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tv   Erin Burnett Out Front  CNN  June 20, 2014 4:00pm-5:01pm PDT

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wolf. >> you have the best assignment in broadcast journalism right now. we'll check back with you on monday. thanks very much and join us monday in the situation room. i'm wolf blitzer reporting. erin burnett "outfront" starts erin burnett "outfront" starts right now. -- captions by vitac -- the president gives a warning to iraqi leaders. and a showdown on capitol hill. paul ryan tells the head of the irs that, quote, nobody believes you. and is the pope wrong when it comes to pot? he speaks out. let's go "outfront." good evening, everyone i'm erin burnett "outfront" breaking news. president obama taking to kate bolduan moments ago about the effect lates chaos and violence in iraq. he delivered this warning to the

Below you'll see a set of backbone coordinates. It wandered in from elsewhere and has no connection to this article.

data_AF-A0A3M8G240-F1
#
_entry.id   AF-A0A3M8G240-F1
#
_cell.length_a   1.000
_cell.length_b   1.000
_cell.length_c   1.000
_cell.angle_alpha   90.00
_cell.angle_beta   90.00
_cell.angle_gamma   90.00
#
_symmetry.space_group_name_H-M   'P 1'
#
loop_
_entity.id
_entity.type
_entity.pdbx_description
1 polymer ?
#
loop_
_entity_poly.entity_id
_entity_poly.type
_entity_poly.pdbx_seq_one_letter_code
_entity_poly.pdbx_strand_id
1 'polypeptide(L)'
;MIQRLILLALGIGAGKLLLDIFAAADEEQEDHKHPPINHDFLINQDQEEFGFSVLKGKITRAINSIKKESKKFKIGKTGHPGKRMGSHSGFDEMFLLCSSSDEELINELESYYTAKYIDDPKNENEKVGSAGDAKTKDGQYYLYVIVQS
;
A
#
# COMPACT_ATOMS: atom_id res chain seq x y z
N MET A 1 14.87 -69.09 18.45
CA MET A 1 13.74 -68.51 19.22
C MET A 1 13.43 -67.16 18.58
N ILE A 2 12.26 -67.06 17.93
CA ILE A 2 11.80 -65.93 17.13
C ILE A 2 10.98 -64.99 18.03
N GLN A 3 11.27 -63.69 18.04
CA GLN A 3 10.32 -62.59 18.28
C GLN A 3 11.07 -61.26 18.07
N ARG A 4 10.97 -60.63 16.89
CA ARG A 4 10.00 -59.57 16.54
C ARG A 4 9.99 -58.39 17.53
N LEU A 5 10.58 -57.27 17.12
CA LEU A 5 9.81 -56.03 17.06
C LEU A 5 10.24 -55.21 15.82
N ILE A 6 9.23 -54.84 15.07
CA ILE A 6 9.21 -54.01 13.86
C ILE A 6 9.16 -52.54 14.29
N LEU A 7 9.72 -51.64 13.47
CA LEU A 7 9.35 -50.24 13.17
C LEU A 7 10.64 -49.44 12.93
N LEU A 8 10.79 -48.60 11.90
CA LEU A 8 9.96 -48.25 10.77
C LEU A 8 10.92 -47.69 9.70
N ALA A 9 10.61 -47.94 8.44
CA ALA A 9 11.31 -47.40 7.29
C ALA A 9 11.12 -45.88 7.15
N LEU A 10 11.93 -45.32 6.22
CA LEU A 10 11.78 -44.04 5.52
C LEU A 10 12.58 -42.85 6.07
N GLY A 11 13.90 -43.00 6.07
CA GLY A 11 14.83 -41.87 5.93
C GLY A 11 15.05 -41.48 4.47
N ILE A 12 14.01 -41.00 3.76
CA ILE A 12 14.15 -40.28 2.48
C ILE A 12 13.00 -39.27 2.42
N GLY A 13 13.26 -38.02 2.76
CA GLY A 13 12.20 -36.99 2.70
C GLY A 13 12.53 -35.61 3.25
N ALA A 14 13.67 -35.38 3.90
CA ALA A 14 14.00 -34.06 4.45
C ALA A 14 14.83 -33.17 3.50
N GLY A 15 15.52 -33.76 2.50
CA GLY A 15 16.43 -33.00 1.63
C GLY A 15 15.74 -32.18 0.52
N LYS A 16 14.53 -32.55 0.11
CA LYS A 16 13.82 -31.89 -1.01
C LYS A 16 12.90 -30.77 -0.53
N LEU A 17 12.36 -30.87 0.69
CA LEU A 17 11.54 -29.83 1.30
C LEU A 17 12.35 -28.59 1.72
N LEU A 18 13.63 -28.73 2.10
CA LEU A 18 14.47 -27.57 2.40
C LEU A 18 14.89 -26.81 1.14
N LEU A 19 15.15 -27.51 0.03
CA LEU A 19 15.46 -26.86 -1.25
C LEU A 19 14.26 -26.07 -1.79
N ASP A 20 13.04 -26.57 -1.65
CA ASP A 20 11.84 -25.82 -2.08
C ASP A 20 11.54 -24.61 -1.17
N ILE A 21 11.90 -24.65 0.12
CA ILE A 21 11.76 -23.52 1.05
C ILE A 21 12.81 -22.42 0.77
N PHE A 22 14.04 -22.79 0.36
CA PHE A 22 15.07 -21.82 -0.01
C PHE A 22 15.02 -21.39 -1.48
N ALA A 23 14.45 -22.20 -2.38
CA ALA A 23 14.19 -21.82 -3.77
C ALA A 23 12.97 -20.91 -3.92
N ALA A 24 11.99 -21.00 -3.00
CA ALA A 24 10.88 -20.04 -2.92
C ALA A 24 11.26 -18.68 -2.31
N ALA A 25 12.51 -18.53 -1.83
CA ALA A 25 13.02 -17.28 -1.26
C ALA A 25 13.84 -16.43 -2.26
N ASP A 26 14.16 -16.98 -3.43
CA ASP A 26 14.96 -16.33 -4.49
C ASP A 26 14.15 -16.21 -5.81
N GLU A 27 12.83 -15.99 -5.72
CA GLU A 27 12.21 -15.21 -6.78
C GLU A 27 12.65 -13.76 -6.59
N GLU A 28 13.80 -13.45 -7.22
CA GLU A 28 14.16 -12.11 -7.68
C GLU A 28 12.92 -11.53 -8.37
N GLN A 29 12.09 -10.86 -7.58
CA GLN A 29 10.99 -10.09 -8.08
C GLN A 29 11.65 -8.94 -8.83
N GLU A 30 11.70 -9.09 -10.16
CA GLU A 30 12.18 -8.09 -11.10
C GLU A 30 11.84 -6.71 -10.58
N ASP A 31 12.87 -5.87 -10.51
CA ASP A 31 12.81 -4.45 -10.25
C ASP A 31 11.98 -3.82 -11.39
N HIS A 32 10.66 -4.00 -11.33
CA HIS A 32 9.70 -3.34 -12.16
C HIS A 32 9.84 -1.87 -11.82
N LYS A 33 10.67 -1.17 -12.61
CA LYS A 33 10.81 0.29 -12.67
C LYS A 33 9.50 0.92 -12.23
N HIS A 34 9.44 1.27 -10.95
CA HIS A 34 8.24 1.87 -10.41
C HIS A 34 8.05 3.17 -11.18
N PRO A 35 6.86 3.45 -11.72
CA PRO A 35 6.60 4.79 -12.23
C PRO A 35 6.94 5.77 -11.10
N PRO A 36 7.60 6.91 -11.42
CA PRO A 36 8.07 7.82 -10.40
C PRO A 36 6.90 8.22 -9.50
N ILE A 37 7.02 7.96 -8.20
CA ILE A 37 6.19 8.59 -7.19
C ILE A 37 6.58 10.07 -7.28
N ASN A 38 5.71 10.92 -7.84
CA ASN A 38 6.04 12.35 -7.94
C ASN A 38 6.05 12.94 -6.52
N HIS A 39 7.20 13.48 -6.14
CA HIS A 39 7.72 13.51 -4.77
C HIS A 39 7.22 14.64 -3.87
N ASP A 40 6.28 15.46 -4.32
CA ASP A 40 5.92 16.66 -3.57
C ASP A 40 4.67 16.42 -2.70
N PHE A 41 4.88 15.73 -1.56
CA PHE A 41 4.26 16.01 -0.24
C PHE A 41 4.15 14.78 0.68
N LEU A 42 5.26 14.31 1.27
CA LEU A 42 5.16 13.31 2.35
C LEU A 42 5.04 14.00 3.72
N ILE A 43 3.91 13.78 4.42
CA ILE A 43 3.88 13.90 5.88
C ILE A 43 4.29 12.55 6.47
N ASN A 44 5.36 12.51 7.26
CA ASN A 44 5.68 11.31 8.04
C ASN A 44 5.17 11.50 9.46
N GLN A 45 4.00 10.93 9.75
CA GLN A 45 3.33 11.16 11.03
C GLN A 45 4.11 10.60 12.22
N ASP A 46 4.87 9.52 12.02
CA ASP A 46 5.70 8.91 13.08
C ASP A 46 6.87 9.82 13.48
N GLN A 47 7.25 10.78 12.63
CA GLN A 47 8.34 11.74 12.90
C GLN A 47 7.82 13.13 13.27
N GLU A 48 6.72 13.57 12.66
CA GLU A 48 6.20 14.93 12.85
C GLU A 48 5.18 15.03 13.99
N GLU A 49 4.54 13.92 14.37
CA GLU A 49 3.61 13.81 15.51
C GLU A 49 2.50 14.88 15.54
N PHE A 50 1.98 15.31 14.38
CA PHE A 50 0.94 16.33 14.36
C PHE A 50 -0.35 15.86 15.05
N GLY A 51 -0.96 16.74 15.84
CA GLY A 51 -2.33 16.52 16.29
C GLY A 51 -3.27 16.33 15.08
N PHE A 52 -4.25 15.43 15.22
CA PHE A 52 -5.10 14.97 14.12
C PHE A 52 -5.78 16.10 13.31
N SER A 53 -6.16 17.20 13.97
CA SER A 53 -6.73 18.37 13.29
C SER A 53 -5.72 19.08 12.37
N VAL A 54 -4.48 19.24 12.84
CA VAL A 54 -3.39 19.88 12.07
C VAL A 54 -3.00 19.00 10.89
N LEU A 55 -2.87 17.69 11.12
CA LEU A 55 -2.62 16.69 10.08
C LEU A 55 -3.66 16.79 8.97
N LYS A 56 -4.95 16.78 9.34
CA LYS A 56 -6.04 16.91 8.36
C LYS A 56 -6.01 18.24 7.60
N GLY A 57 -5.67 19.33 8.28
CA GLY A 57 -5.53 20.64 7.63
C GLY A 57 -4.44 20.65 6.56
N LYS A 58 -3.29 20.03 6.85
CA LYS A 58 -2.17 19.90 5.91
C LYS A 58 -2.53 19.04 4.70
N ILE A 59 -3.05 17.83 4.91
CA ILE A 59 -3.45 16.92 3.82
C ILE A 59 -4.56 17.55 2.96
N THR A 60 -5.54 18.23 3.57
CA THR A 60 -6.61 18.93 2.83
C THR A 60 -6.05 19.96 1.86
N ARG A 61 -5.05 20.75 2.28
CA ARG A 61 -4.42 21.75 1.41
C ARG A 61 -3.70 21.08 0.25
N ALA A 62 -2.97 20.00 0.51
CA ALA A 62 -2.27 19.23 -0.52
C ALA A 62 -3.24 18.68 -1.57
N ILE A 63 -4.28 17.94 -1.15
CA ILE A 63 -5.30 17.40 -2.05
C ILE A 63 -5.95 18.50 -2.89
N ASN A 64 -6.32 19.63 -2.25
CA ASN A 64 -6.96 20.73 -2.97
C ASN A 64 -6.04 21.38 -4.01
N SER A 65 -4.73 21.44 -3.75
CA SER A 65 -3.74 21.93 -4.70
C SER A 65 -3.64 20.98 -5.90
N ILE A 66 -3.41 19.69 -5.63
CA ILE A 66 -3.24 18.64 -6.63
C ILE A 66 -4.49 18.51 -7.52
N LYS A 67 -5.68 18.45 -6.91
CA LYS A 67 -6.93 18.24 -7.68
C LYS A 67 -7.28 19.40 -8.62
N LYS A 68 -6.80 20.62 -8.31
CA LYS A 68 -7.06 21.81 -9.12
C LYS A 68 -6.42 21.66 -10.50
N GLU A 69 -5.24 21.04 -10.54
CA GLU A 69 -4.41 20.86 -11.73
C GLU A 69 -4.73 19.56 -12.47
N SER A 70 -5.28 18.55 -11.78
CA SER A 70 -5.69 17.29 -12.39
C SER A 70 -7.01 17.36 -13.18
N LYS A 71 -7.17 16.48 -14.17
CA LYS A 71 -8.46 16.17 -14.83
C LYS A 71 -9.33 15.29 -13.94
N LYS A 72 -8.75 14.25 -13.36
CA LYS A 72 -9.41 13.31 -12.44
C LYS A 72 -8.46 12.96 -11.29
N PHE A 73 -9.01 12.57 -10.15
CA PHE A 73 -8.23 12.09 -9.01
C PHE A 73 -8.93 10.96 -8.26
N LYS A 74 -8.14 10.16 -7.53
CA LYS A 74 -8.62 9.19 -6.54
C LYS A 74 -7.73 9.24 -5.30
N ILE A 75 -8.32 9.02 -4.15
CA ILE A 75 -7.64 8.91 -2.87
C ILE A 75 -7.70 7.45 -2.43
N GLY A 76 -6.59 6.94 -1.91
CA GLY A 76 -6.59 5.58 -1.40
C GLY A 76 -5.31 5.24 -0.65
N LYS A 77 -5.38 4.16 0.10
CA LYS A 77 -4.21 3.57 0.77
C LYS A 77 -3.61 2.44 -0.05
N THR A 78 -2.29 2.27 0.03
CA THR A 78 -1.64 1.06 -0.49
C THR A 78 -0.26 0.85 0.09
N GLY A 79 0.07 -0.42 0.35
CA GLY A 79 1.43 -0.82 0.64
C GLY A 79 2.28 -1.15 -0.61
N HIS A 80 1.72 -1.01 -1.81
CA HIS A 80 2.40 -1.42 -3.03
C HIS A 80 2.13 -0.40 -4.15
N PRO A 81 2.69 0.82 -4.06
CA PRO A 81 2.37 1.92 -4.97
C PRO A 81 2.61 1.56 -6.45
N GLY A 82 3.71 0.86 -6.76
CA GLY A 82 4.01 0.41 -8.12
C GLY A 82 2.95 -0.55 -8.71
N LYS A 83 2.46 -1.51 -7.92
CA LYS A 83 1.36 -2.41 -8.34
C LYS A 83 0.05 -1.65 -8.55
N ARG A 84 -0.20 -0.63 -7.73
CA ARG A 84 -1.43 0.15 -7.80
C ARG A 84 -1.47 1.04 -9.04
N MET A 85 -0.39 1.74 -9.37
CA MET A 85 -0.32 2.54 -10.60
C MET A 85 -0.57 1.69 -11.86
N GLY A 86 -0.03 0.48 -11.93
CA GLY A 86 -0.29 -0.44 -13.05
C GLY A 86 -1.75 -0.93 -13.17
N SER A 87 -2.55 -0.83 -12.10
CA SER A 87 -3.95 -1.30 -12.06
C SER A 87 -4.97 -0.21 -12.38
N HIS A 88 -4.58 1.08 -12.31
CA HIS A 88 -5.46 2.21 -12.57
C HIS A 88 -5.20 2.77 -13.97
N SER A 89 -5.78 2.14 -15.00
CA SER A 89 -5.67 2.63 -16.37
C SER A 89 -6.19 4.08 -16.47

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leaders of the country. >> if they're not able to use this moment where there has been an election that has been certified to form a government that is unified and focused on not maximizing any one group's power but rather keeping the country together in dealing with a crisis, then there's no amount of american fire power that's going to be able to hold the country together and i made that very clear to mr. maliki. >> but still, fire power perhaps going in. 300 military advisers set to arrive in iraq in hours. as the military strikes, isis is make gains and today this new propaganda video from isis. this isn't the blurry video that you expect to see. it's high-definition and highly produced. they have multiple cameras,